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February 2, 2017
Note from Gene – February 2017
I wrote this post over a year ago, reflecting on a powerful, ongoing relationship I’ve had with the community at Lake Wales High School in Lake Wales, Florida – with high school principal, Donna Dunson, and the students and faculty there. From Principal Dunson, I was introduced to the Keystone Design educational framework she brought to Lake Wales High School, actively engaging students to become the designers of their own education. The students taught me that peer to peer guidance, with input from their teachers, is one of the strongest means of educating young people, particularly about issues in mental health, relationships and wellbeing.
In the words and vision (watch the video here) of a group of Lake Wales High School students, in response to a challenge I presented them, to create an artful, educational product that spoke to their peers about bullying and sexting:
“You never know how much is too much for someone to handle… don’t be that bully, don’t post that picture, don’t tweet that tweet, don’t say those mean things, but more importantly, don’t [just] stand by.”
This week, Steve Schlozman and I return to Lake Wales High School to engage with students there, this time about conflict resolution. But more than presenting, we look forward to hearing from these incredibly honest and insightful young people about how we, as adults—parents, educators, medical professionals—can work with them to create well-told stories that open hearts, shape minds, and change lives.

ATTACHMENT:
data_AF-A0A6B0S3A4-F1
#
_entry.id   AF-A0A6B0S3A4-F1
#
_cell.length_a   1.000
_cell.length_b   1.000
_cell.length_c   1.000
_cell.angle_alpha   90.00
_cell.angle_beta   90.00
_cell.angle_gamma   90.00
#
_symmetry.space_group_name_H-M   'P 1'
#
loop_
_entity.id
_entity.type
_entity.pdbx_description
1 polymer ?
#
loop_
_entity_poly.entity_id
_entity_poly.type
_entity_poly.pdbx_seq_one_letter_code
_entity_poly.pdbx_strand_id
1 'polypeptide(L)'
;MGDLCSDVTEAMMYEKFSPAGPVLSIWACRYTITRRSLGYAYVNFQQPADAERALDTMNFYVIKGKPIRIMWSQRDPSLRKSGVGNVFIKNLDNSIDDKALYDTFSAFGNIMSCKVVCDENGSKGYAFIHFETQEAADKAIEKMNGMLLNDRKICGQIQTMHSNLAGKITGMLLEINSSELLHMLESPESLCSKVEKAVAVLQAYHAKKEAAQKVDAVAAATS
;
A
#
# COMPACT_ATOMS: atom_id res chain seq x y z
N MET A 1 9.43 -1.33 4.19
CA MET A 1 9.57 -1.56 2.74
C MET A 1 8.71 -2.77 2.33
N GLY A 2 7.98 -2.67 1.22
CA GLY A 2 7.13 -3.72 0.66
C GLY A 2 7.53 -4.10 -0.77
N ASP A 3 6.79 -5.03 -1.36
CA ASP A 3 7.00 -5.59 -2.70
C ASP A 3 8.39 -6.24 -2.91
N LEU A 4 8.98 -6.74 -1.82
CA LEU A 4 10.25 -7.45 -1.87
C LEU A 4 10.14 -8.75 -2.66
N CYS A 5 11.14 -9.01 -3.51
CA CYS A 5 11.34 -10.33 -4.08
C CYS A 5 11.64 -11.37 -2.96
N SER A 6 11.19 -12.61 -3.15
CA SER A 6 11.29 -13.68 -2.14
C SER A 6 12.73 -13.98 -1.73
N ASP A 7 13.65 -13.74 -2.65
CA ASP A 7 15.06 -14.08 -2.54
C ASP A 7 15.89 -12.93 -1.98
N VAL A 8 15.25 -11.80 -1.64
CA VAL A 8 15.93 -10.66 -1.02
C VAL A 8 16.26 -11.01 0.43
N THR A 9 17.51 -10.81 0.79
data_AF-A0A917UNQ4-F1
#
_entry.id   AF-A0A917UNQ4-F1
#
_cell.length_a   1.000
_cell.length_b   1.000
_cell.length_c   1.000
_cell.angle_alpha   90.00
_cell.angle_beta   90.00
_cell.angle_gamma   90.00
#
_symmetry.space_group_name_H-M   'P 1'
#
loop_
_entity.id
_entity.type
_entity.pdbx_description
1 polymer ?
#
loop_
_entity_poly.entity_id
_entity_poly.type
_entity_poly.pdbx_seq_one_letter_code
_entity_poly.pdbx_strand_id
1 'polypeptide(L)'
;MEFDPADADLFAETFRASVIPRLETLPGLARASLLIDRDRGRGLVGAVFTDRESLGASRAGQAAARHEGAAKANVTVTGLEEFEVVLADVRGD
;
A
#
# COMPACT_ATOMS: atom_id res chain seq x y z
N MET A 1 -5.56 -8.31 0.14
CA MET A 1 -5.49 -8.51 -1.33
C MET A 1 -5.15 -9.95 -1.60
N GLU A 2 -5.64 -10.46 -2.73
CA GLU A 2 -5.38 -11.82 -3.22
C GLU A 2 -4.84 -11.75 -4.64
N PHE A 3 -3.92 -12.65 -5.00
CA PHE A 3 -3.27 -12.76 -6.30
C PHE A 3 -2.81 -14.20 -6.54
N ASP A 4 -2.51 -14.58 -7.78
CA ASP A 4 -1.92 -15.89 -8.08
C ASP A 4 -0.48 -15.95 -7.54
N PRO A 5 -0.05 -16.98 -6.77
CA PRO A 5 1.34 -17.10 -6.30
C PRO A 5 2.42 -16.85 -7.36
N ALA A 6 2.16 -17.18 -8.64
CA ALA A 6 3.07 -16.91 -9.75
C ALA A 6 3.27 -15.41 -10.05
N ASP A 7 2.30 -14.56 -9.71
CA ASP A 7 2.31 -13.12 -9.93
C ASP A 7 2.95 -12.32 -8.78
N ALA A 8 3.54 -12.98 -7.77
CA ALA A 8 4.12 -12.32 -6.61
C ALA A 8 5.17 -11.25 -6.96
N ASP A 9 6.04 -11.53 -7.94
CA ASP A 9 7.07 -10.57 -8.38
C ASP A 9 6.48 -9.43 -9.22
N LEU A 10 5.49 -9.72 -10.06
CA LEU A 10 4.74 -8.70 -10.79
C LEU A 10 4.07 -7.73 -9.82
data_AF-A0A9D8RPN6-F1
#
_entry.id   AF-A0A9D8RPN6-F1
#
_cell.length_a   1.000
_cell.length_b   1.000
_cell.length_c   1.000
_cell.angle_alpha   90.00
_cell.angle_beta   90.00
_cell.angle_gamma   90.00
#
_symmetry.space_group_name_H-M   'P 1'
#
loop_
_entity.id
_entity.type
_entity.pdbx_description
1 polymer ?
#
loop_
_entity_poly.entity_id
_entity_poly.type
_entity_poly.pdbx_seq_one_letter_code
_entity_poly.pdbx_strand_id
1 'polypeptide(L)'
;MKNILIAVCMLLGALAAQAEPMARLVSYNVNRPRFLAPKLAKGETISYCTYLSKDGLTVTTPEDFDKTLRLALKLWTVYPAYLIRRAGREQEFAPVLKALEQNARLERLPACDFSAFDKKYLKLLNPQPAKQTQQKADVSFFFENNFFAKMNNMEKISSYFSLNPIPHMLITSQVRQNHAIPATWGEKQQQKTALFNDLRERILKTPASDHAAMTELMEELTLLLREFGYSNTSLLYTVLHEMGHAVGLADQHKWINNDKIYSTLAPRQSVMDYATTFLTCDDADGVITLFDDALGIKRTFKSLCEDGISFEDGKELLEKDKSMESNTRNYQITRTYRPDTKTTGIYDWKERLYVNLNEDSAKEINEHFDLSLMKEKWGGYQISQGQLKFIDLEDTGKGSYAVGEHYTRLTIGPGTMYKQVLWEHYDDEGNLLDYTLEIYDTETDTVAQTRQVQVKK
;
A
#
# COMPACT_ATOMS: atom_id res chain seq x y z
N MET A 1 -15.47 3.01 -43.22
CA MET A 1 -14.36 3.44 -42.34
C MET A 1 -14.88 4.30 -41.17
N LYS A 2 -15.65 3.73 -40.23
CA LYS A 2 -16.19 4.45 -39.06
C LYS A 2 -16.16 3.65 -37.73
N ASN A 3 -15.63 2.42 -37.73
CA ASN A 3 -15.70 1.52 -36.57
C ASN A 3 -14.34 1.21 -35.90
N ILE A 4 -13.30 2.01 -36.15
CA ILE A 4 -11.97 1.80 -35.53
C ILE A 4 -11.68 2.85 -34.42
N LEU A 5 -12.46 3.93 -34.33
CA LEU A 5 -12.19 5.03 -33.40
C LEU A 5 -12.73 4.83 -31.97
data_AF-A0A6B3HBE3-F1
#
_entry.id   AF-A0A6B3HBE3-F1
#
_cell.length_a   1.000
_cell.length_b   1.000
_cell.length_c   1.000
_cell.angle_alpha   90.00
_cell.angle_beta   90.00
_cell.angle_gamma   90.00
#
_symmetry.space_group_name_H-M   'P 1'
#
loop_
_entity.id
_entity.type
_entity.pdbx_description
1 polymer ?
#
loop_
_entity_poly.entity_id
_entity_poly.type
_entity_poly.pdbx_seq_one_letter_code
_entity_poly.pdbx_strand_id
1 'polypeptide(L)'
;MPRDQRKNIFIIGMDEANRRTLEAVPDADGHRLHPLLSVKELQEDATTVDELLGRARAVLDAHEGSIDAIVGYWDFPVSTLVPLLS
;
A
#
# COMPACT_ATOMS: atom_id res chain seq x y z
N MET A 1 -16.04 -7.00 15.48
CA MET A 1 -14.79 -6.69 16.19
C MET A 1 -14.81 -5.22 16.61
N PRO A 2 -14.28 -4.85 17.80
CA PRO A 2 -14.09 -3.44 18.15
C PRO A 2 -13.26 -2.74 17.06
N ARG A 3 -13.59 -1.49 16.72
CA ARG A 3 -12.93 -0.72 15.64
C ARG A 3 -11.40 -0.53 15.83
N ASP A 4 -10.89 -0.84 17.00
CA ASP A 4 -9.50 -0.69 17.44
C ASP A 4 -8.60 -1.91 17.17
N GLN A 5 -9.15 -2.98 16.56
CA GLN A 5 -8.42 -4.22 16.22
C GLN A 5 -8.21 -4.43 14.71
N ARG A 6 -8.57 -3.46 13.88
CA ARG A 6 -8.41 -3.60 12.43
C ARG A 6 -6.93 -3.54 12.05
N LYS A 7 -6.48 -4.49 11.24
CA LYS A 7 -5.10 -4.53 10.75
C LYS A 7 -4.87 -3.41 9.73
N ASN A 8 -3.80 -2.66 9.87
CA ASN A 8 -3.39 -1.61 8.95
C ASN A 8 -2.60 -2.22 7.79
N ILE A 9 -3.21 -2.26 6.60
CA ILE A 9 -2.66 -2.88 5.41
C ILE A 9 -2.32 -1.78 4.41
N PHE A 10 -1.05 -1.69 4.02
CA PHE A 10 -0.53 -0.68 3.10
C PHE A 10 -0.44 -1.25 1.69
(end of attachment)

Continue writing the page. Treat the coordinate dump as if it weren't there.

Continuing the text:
Original Post – December 15, 2015
In the spring of 2013, I (Gene) had the good fortune of meeting Donna Dunson, principal at Lake Wales High School in Lake Wales, Florida; two of her faculty members; and Serita Winthrop, an avid supporter. It was Serita who reached out to me, as she knew that The Clay Center team would be excited to hear of the innovations Principal Dunson had initiated at the school.
The synergy was perfect.
Lake Wales High School is a charter school about 45 minutes inland from Orlando. The community of Lake Wales is extremely underserved from almost every economic indicator. Additionally, of the 1,500 students who comprise the student body, 51% come from minority populations, and at least 100 are homeless, residing with families in the neighborhood through careful organization by a number of local churches.